A gentle ambient music piece that combines a forest stream with a soft Fender Rhodes electric piano composition. This was recorded on a pair of linked, vintage valve Brenell and Ferrograph, early 1960’s tape recorders connected together by a loop of tape to form a time lag accumulation tape delay (a technique from the world of 1960’s experimental tape music). The intention here was to try to create music to capture the way that ripples in the forest stream sparkle and dance in the morning sunlight.
This soundscape recording captures Springtime in The New Forest, with a bubbling stream, and the sound of a cuckoo and woodpecker adding to the woodland ambience.
A Sound Art composition created from raw material recorded at the Autumn Beaulieu Road Pony Sales. The idea was to create an organic piece that features the commoners, the sound of the ponies and the auctioneer, but compose it so that it has some unusual “listen again” elements, such as the modification of the auctioneer’s patter into a rhythmic pattern.
The Beaulieu Road pony sales yard is located on the Lyndhurst to Beaulieu road about three miles from Lyndhurst. The main pony sales occur late in the year there. All the New Forest ponies are rounded up by Agisters and commoners, taken off the Open Forest, counted and then health checks and necessary treatments given. The pony sales that occur soon afterwards provide the animals owners, (known as New Forest Commoners) the chance to sell their livestock, or to purchase more.
A soundscape composition that commences with a single drip of rain, and gradually turns into a veritable New Forest downpour.
An ambient music composition. The natural soundscape of a bluebell wood recorded near New Park Manor in The New Forest, is combined here with an electric piano fed through a pair of Uher reel-to-reel tape recorders to create a softly disintegrating analogue tape echo. The piece aims to evoke the gentle movement of the bluebells in the Spring breeze.
What does a forest stream sound like when slowed down, especially when the trickles and bubbles become unusual rhythmic structures?
This is a Sound Art piece and developed from crossfading four different sound sources together. Some of them have been slowed down by recording them onto magnetic tape on an elderly Ferrograph reel-to-reel machine, to as much as 1/64th of their normal speed to reveal the hidden and unusual sounds present. I recorded the source material along the Ober Water forest stream near Brockenhurst.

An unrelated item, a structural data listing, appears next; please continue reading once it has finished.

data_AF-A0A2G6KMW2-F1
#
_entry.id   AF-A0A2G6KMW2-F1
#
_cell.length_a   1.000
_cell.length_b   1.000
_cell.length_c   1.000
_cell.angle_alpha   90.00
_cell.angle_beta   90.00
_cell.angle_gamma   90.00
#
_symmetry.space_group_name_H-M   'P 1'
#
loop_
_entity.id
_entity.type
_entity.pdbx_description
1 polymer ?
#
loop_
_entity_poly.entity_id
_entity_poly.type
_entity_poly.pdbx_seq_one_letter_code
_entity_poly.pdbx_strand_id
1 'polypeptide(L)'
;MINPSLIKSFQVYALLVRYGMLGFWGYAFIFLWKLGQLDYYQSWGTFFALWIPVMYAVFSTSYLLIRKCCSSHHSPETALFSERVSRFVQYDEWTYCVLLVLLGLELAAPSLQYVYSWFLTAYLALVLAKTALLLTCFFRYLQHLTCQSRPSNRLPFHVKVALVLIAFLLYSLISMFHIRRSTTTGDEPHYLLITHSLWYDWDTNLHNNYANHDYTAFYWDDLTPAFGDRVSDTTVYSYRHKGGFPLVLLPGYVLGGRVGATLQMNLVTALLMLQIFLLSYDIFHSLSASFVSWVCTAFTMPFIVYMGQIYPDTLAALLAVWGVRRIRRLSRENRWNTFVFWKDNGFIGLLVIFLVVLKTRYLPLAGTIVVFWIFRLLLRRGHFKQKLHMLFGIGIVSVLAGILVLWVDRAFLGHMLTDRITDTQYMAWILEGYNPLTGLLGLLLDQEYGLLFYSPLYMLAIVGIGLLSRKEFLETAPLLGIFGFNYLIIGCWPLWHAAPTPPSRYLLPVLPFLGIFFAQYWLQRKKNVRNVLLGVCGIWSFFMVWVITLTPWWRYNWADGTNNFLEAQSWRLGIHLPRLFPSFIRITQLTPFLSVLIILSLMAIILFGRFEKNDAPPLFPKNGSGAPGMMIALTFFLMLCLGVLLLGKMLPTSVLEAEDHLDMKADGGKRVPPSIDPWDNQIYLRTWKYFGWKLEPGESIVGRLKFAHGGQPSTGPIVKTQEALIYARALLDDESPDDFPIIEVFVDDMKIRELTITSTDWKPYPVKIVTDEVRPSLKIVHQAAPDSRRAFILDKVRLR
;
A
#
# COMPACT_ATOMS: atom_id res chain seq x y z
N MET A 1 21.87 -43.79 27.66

The piece starts with the stream at normal speed and then bit by bit, it gets progressively slower, and interesting rhythms start to emerge.
This was recorded at a bend in a forest stream that runs through the Ornamental Drive near Blackwater on a winter’s morning in February 12th 2016. Listen for the sounds of the stream as it runs around some half-submerged logs that create gentle clunks and bumps.
A variety of microphones were used for this recording, including underwater hydrophones that I dropped into the stream, plus contact microphones that pick up the vibrations of the water on the logs.
The dawn chorus of birdsong is the natural world’s most impressive and renowned ‘concert’. It sounds beautiful to us, but to the birds it’s simply a way to for rival males to resolve territorial conflicts. Basically, the louder and stronger your song and the more time you spend singing it, the better territory you can claim and the higher the chance of a female choosing to mate with you.
Experts contend that birds sing in the mornings because at this time, their sound carries further due to the lack of general noise and also the density of the air at that time of day.
The first birds to sing are often blackbirds, robins and wrens. Apparently birds with larger eyes start to sing earlier than those with smaller eyes. Larger eyes provide better light-gathering ability, so larger-eyed birds feel safe singing in the low, early dawn light because they find it easier to spot predators that might be attracted to their song.
Most of the dawn chorus comprises of males singing constantly repeating patterns of tones from elevated or conspicuous spots within their territory or breeding areas. Once the light levels start to rise, it’s often hunger that drives birds to stop singing and start looking for food instead.